MJ Hegar is aiming high. Tuesday, the decorated Air Force veteran won the Democratic nomination for U.S. Senate with 52.1% of the vote, defeating Dallas state Sen. Royce West by more than 4 percentage points.
She was confident she’d win the runoff, but Hegar said during a phone interview Wednesday that she was floored by the voter turnout.
“Oh man, I am blown away,” she said. “I am so humbled by all of the support from across the state and the amazing team we’ve been able to build. I feel very blessed and very optimistic about our chances in the general.”
Now, Hegar is readying herself to face incumbent Republican Sen. John Cornyn in November. Although Cornyn’s approval rating has dwindled in recent days, some political experts still believe Hegar will be fighting an uphill battle.
Cal Jillson, a political science professor at Southern Methodist University, said Hegar will need to work to appeal to Texans.
For the most part, voters are less tied to Senate candidates than they are to national ones, he said. Former U.S. Rep. Beto O’Rourke was somewhat anomalous that way since he was able to attract a broader audience.
Even considering his lackluster approval rating of 37%, Cornyn is still likely to win November’s election, Jillson said.
“Cornyn is the favorite,” Jillson said. “And he would be a prohibitive favorite if Trump weren’t such an albatross around the neck of Republican candidates in Texas and elsewhere.”
Although Texas is a deep-red state, 2020’s tempestuous presidential election could help swing the scales in Hegar’s favor, Jillson said. Some polls indicate that presumptive Democratic presidential nominee Joe Biden is neck-and-neck with President Donald Trump in Texas, he said. Others even put Biden in the lead by a 5-point margin.
If Trump keeps hemorrhaging support in Texas, that could also mean trouble for Cornyn, Jillson said.
“The other major Republican candidates ... are implicated by Trump’s fate,” Jillson said. “If he continues to stink the place up, that’s going to affect other Republican candidates, as well.
“Any vote that you subtract from your opponent is one that you don’t have to get yourself,” he added.
The last time the state had a Democratic senator was in 1993, but Hegar said Texans are ready for a change.
As a former Air Force helicopter pilot, Hegar said she’s used to looking at data for guidance. Cornyn’s approval rating is much lower than U.S. Sen. Ted Cruz’s was during his bid for reelection in 2018, she said.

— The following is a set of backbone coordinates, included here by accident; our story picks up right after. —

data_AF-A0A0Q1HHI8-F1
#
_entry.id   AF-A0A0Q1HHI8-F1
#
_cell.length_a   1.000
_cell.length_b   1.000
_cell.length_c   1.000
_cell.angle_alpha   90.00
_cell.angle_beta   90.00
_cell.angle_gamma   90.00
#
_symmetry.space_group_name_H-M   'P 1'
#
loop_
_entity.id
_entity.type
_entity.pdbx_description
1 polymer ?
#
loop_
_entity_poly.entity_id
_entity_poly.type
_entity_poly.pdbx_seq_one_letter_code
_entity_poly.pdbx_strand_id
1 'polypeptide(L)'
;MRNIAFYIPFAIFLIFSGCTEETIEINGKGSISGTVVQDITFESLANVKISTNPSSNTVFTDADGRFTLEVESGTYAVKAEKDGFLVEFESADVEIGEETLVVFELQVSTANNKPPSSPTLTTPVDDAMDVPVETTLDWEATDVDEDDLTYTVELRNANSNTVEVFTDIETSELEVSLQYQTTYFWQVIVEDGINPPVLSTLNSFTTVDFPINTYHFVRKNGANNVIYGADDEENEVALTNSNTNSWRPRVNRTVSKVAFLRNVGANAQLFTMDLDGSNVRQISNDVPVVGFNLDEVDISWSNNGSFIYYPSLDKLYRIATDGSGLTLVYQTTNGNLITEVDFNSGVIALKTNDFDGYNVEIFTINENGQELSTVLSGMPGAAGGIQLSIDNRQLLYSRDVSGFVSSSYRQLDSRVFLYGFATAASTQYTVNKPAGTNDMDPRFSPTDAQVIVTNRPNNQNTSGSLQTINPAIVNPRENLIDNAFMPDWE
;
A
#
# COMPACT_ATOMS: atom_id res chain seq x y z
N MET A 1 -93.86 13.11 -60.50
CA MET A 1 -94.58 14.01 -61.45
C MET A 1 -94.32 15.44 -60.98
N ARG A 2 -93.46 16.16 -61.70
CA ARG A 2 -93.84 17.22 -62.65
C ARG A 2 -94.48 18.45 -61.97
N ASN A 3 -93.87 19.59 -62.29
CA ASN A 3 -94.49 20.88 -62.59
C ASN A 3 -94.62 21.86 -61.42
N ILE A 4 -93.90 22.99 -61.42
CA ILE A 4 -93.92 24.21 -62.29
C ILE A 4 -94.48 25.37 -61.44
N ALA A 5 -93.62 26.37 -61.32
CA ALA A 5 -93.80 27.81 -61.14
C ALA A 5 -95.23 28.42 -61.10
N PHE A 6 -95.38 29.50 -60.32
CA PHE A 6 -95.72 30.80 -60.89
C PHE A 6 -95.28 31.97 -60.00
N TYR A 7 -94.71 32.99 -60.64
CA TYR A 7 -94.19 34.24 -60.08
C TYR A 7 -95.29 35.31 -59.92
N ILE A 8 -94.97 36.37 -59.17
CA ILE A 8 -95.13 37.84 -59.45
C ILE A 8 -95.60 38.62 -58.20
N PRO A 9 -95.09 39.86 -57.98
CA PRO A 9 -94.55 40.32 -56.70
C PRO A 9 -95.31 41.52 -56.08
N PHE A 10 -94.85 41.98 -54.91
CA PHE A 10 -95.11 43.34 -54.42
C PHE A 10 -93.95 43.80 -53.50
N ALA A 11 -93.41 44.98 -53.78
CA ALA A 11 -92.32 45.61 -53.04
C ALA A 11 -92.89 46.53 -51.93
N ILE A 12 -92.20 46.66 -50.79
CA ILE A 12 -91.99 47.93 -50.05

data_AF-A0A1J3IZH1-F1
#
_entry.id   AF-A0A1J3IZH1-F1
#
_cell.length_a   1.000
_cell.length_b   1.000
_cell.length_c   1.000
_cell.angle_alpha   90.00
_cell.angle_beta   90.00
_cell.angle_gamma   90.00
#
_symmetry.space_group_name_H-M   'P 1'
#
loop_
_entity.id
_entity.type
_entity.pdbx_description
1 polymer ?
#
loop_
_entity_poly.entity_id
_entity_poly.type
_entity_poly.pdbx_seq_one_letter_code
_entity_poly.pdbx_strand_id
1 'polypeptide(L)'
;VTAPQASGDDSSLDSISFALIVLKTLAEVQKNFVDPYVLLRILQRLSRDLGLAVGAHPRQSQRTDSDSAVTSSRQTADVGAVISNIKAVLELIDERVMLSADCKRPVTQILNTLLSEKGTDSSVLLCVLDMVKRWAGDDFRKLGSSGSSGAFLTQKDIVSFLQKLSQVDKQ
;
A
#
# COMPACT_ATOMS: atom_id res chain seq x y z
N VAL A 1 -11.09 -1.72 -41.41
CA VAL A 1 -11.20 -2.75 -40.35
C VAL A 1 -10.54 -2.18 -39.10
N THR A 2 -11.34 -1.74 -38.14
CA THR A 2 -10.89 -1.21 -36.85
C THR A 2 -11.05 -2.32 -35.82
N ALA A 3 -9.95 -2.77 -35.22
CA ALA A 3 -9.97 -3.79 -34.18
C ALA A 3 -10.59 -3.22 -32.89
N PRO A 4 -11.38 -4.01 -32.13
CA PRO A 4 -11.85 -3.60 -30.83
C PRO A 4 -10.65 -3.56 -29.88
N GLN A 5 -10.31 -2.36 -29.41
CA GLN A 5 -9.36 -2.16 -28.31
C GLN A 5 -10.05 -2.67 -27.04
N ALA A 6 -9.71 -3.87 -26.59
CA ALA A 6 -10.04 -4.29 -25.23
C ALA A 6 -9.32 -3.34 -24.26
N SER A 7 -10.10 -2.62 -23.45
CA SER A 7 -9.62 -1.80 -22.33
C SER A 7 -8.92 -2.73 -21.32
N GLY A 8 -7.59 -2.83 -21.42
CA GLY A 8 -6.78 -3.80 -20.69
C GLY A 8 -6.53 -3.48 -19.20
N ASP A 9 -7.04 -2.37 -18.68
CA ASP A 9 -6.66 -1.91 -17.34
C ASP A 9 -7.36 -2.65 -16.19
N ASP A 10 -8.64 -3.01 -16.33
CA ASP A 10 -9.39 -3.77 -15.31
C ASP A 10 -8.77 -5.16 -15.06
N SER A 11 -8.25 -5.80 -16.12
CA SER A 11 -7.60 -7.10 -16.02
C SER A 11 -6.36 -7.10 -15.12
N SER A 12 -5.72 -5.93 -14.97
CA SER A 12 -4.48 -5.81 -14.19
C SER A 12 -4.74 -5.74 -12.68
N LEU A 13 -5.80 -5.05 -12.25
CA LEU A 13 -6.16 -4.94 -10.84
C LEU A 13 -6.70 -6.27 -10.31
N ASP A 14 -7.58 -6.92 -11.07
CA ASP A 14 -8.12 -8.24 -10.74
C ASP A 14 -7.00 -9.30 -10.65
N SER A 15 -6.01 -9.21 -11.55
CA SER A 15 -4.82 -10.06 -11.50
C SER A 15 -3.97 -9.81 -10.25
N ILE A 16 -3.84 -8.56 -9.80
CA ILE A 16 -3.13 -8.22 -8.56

The fact that O’Rourke came within 3 points of defeating Cruz bodes well for her own race, Hegar added.
“[Cornyn] is no Ted Cruz,” she said.
To increase her chances of winning, Hegar will need to attract Democratic voters who voted for her opponent in Tuesday’s race, Jillson said. West easily secured Dallas and Tarrant Counties, according to a New York Times database.
Although Hegar was expected to win the runoff, Jillson said it appears as though West, who is Black, got a boost in recent weeks thanks to the Black Lives Matter protests.
Hegar said her campaign has long fought for criminal justice reform and supports Campaign Zero, an American police reform organization. On top of working to ban the use of chokeholds within law enforcement, Hegar said she’d reform qualified immunity, a judicial doctrine that shields trigger-happy police from facing legal repercussions.
She also said she’d work for social justice reform, such as pushing to bridge the racial wage gap.
“I think that the problems with policing and our criminal justice system are really more symptoms of a deeper systemic racism that we have in this country,” she said. “If we don’t address all of those things, then we’re just going to be chipping away at it.”
Cornyn has faced criticism for his tone-deaf response to the Black Lives Matter protests following the killing of Houston native George Floyd by Minneapolis police. In a hearing last month, Cornyn seemed to doubt whether such incidents could be indicators of systemic racism within law enforcement, according to The Texas Tribune.
Hegar criticized her opponent’s track record on social justice in a June statement.
“If Senator Cornyn can’t even grasp the concept of systemic racism, there’s a 0% chance he’s equipped to legislate solutions to address racial injustice in America," she said.
A surge of minority and female candidates flooded Congress in 2018, prompting some political experts to dub it “The Year of the Woman.” Jillson said that so far, 2020 has seen a similar surge in female candidates.
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Texas has only had one other female senator: Republican Kay Bailey Hutchison, who served from 1993-2013. Hegar would make the state’s second female senator, and its first Democratic female senator.
Although Texas typically leans conservative, Jillson said Hegar’s gender will not likely impede her bid for Senate. Of the women who decide to run for office, he said around half are victorious, meaning that there’s not a baked-in bias against female candidates.
To win, Hegar will need to put her blinders on and “run like hell” through the finish line, Jillson said.
“If you’re the Democratic nominee for the United States Senate in Texas, all you can do is put your head down and run,” he said. “And the second week in November, you’ll look up and see whether you’re in the Senate.”